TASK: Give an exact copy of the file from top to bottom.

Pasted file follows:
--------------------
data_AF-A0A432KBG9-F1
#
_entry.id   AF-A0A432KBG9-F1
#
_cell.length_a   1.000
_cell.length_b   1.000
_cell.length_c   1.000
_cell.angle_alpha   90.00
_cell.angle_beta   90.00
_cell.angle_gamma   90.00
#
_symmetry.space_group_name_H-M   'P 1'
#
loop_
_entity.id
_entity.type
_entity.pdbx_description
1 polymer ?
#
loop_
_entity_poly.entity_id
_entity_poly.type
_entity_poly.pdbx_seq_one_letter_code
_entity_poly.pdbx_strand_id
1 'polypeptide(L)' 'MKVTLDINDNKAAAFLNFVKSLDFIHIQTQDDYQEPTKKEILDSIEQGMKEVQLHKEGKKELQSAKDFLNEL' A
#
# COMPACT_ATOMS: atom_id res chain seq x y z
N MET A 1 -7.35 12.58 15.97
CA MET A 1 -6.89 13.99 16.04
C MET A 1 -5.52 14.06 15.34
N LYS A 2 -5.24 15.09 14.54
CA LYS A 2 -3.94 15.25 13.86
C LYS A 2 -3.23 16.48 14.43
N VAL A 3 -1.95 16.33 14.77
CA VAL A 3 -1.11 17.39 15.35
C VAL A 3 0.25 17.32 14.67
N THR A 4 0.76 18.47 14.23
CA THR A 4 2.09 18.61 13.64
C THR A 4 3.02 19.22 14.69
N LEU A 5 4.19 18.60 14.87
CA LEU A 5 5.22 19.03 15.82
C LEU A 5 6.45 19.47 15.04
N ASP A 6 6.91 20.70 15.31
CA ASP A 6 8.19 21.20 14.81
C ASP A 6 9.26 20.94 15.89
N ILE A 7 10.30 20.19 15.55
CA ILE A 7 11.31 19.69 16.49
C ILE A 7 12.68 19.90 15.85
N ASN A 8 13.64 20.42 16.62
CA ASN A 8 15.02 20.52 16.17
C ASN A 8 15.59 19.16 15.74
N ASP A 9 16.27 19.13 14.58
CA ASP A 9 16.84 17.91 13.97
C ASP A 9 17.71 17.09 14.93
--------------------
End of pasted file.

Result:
data_AF-A0A432KBG9-F1
#
_entry.id   AF-A0A432KBG9-F1
#
_cell.length_a   1.000
_cell.length_b   1.000
_cell.length_c   1.000
_cell.angle_alpha   90.00
_cell.angle_beta   90.00
_cell.angle_gamma   90.00
#
_symmetry.space_group_name_H-M   'P 1'
#
loop_
_entity.id
_entity.type
_entity.pdbx_description
1 polymer ?
#
loop_
_entity_poly.entity_id
_entity_poly.type
_entity_poly.pdbx_seq_one_letter_code
_entity_poly.pdbx_strand_id
1 'polypeptide(L)' 'MKVTLDINDNKAAAFLNFVKSLDFIHIQTQDDYQEPTKKEILDSIEQGMKEVQLHKEGKKELQSAKDFLNEL' A
#
# COMPACT_ATOMS: atom_id res chain seq x y z
N MET A 1 -7.35 12.58 15.97
CA MET A 1 -6.89 13.99 16.04
C MET A 1 -5.52 14.06 15.34
N LYS A 2 -5.24 15.09 14.54
CA LYS A 2 -3.94 15.25 13.86
C LYS A 2 -3.23 16.48 14.43
N VAL A 3 -1.95 16.33 14.77
CA VAL A 3 -1.11 17.39 15.35
C VAL A 3 0.25 17.32 14.67
N THR A 4 0.76 18.47 14.23
CA THR A 4 2.09 18.61 13.64
C THR A 4 3.02 19.22 14.69
N LEU A 5 4.19 18.60 14.87
CA LEU A 5 5.22 19.03 15.82
C LEU A 5 6.45 19.47 15.04
N ASP A 6 6.91 20.70 15.31
CA ASP A 6 8.19 21.20 14.81
C ASP A 6 9.26 20.94 15.89
N ILE A 7 10.30 20.19 15.55
CA ILE A 7 11.31 19.69 16.49
C ILE A 7 12.68 19.90 15.85
N ASN A 8 13.64 20.42 16.62
CA ASN A 8 15.02 20.52 16.17
C ASN A 8 15.59 19.16 15.74
N ASP A 9 16.27 19.13 14.58
CA ASP A 9 16.84 17.91 13.97
C ASP A 9 17.71 17.09 14.93